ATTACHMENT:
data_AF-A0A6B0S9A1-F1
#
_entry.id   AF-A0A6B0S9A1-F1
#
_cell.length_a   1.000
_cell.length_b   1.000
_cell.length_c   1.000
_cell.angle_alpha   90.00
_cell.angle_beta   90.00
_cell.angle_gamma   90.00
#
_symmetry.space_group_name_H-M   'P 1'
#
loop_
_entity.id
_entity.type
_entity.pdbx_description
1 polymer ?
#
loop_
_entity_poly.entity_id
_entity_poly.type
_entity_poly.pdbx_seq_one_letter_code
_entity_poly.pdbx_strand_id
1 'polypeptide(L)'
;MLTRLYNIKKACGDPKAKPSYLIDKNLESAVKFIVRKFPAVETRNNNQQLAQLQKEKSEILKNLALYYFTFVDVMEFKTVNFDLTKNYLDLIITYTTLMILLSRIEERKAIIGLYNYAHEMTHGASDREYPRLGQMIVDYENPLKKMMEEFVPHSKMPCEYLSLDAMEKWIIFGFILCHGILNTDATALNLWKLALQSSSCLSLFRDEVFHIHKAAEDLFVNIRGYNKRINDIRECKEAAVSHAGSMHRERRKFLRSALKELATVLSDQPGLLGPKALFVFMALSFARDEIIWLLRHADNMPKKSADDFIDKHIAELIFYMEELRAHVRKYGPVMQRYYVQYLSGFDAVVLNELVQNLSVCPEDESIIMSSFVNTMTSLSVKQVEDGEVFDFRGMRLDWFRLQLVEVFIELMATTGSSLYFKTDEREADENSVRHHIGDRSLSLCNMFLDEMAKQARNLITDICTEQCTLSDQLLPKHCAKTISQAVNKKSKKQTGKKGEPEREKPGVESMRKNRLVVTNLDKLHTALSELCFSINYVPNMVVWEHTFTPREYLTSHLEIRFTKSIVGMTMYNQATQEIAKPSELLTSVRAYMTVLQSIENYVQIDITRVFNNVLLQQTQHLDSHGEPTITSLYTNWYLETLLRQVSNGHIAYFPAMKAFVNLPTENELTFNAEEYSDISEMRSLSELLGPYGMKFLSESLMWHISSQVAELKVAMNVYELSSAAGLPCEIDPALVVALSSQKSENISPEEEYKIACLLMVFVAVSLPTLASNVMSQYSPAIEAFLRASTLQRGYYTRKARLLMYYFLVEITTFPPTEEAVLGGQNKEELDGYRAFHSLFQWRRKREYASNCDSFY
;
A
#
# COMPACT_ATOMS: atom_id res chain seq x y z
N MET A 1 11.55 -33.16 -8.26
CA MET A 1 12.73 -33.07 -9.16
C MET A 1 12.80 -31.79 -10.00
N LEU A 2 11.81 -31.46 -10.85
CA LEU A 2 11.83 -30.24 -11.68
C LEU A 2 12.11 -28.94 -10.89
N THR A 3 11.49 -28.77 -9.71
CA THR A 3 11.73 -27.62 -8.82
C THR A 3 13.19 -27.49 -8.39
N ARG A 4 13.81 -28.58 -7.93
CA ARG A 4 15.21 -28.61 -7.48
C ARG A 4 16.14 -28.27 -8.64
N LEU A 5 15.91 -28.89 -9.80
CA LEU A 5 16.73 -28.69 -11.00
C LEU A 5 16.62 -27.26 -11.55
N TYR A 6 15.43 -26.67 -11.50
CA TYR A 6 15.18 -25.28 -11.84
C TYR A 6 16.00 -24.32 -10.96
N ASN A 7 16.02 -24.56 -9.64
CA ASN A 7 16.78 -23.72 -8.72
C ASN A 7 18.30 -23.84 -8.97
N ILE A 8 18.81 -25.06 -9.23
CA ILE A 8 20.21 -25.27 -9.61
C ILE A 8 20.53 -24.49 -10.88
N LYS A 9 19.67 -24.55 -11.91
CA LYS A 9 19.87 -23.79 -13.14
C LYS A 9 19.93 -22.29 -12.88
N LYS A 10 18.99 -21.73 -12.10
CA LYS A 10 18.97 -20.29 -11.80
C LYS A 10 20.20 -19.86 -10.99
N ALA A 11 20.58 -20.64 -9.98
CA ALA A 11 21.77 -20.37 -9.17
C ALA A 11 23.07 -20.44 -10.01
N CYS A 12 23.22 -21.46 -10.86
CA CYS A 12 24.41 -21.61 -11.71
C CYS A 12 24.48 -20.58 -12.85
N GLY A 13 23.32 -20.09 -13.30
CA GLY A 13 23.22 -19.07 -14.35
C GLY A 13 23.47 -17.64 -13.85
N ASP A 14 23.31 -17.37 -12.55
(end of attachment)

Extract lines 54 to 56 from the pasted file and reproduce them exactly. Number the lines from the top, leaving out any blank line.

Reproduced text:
C ILE A 8 20.53 -24.49 -10.88
N LYS A 9 19.67 -24.55 -11.91
CA LYS A 9 19.87 -23.79 -13.14